Beer history pubs videos

VIDEO: Advice for Americans on English Pubs, 1943

We were alerted to the presence of this film on YouTube by Anthony Harper (@anthonymharper) and it’s a corker.

It was made as a joint production of the US and UK governments and was intended, in short, to prevent American soldiers acting like dickheads in Britain. The host is Burgess Meredith (BatmanRocky) and he spends the first third of the film — about ten minutes — in an English country pub:

We’re not trying to show you the perfect way to behave in a pub. We’re only trying to point out that some of these people are a little more reserved than some of us. If you take it easy a little bit, just at the beginning… you’ll make some damn good friends.

It’s staged with the interior filmed on a studio set but, as it’s intended to be educational rather than propaganda, we can probably assume it’s a fairly accurate portrayal. In fact, the advice is still good, on the whole:

What’s that? What’s the difference between bitter and mild? I don’t know. One’s bitter and one’s mild. You’d better find out for yourself…

6 replies on “VIDEO: Advice for Americans on English Pubs, 1943”

Wow! Halfway through that tone of pleasant whimsy drives off a cliff!

“You don’t get over a prejudice that easily. There’s no use pretending we’re not what we are.” There’s a message of hope, reconciliation and inspiration for you…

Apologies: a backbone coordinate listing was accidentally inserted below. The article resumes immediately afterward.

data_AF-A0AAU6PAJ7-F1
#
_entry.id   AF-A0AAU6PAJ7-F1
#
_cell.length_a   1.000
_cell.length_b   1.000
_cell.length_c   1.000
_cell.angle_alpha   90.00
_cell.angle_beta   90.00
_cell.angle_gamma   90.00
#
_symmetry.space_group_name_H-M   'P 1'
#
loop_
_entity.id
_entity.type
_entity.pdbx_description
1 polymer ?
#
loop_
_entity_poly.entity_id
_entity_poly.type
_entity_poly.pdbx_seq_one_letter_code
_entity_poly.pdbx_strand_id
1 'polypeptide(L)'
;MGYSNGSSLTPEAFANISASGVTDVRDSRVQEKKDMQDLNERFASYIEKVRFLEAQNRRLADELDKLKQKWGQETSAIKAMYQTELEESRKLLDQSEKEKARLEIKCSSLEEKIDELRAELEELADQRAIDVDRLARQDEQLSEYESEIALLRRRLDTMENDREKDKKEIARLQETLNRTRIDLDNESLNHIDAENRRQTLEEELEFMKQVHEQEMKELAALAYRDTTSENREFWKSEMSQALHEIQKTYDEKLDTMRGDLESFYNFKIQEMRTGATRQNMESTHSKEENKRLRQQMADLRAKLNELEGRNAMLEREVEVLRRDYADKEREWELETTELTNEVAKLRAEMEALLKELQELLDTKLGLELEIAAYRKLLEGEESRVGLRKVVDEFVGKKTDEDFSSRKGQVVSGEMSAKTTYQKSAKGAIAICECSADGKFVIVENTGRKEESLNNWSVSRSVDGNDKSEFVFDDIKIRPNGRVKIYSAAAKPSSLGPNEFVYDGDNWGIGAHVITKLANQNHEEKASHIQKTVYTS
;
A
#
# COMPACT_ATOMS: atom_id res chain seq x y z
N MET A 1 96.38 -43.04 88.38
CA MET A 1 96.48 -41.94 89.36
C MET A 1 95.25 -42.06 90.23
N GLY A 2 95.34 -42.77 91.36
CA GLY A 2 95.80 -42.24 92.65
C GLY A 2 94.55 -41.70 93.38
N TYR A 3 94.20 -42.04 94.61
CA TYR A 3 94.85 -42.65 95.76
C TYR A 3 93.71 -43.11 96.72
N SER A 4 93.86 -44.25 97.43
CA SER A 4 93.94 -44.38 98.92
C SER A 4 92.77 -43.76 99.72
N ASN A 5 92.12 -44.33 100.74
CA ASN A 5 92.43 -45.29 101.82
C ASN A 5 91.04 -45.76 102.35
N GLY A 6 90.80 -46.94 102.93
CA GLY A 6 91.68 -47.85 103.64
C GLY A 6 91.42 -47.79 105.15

And what he says isn’t true either: the US armed forces were segregated throughout the war with African-American soldiers almost always assigned menial tasks (cooks, labourers) rather than combat or command roles, and they were also even discriminated against under the post-war GI Bill which supposedly provided free further education to all homecoming veterans.

As well as representing just 10% of the the army in total, 79% of the soldiers executed following court martial in Europe during the war were non-white. I seem to recall reading that the locals even protested at Shepton Mallet prison at one point, over the obvious racism of the US military in England.

There is a but on black GIs and pubs in the just-about-due new book. They were generally welcomed by British people who found them less arrogant, on the whole, than white GIs who tended to lord it a bit, but violence did flare up in various configurations, including one notable riot/streetfight between black GIs and military policemen outside a pub.

But, anyway, mustn’t give it all away…

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